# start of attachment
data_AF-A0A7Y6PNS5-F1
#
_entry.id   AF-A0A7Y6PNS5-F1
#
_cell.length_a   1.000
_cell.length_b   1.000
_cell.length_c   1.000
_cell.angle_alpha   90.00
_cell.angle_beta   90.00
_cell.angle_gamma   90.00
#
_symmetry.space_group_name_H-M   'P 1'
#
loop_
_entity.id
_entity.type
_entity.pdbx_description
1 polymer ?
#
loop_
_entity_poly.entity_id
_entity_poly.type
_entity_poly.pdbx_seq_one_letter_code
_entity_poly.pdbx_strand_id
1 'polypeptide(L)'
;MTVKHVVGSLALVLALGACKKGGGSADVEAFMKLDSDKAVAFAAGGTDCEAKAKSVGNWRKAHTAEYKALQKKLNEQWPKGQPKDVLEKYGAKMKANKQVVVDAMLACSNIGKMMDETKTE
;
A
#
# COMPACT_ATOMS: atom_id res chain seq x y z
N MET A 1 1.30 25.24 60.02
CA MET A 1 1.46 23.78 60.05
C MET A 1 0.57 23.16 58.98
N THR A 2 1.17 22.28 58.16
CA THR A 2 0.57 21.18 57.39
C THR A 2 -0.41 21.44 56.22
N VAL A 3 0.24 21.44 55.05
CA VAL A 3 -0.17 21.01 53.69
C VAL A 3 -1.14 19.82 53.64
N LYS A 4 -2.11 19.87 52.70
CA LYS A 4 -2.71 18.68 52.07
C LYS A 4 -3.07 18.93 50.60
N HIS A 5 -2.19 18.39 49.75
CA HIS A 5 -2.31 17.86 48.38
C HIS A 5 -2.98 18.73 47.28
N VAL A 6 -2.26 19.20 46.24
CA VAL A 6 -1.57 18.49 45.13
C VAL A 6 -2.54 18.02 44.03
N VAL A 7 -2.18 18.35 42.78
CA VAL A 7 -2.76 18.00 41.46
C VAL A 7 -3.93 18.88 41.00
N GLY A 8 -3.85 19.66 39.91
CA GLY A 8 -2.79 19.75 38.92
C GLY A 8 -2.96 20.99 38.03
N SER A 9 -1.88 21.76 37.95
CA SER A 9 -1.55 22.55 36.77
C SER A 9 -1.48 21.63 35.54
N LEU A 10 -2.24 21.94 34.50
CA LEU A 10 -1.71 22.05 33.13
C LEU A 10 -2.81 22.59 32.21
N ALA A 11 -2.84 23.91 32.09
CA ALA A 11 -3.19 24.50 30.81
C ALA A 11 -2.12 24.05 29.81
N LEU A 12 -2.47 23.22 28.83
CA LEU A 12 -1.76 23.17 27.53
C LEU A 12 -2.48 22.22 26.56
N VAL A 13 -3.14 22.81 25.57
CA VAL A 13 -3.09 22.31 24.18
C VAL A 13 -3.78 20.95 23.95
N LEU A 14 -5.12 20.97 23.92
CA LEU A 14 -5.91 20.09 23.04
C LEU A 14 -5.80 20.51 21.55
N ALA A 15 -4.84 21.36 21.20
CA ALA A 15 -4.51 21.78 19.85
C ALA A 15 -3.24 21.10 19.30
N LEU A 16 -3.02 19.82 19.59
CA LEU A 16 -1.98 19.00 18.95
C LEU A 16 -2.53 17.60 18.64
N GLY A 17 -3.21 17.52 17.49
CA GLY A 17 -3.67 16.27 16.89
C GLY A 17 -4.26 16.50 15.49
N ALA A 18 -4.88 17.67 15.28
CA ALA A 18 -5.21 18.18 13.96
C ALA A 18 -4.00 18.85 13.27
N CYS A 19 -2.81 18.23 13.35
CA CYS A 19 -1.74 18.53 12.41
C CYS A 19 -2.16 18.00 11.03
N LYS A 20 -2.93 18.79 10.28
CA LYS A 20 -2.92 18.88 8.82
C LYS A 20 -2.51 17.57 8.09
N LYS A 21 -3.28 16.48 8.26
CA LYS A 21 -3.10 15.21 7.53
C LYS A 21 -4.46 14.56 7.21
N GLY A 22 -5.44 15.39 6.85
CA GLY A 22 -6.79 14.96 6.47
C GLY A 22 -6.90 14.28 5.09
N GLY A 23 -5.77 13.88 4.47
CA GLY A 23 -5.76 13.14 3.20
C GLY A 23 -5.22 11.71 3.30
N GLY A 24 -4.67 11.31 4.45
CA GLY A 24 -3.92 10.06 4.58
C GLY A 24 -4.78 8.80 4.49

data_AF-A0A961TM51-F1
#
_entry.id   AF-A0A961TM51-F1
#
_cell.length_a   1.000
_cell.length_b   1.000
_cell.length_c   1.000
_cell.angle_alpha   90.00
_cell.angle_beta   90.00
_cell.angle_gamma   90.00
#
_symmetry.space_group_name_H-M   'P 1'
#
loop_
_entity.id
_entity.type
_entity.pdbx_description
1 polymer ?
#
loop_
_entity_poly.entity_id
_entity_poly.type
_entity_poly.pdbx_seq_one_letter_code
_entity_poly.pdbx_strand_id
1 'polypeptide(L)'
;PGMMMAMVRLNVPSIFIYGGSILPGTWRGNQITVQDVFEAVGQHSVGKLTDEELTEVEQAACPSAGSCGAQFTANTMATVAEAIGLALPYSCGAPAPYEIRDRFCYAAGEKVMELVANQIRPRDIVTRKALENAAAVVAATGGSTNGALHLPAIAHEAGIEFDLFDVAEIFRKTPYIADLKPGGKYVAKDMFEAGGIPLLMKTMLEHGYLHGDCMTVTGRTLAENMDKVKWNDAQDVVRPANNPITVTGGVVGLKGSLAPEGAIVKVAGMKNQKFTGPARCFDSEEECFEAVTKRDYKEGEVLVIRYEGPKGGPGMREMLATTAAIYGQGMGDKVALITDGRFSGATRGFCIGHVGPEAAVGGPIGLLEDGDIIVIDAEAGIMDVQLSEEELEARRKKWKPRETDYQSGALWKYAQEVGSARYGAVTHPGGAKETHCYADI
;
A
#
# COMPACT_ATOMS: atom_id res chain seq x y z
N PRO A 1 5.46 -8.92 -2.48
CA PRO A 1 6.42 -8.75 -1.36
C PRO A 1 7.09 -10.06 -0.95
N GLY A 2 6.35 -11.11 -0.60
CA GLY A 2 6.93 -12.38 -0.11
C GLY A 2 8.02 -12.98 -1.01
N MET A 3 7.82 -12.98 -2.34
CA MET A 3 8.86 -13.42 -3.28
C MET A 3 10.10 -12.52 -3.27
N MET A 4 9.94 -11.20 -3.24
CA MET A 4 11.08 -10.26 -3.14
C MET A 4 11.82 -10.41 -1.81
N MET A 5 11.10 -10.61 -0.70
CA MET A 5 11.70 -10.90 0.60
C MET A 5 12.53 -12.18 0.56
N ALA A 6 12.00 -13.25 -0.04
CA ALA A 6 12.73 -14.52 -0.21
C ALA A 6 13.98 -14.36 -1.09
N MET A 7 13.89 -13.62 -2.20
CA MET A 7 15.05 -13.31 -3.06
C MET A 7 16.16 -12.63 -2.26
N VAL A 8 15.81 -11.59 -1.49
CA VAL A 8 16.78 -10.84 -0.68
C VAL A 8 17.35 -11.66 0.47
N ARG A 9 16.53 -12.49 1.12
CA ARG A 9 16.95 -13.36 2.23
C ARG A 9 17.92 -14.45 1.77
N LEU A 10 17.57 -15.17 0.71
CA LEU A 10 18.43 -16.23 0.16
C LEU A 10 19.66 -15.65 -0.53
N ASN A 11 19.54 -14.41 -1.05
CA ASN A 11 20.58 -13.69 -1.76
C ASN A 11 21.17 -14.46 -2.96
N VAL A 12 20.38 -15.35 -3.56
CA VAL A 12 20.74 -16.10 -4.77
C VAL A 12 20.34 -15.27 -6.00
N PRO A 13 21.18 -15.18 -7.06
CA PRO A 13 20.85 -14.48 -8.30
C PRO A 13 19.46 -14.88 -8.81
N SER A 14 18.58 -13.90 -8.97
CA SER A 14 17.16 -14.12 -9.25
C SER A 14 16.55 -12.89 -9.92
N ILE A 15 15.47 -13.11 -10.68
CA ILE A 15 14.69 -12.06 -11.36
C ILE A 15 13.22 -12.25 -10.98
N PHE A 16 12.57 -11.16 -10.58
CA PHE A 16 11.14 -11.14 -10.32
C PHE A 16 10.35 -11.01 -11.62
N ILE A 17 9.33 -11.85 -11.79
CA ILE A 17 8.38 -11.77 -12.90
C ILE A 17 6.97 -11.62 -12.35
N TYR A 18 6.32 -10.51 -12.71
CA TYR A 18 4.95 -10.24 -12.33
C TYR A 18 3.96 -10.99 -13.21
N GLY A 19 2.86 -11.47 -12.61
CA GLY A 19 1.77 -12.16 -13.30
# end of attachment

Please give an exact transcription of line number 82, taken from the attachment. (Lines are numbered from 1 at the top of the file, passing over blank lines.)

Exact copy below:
N ALA A 18 -4.88 17.67 15.28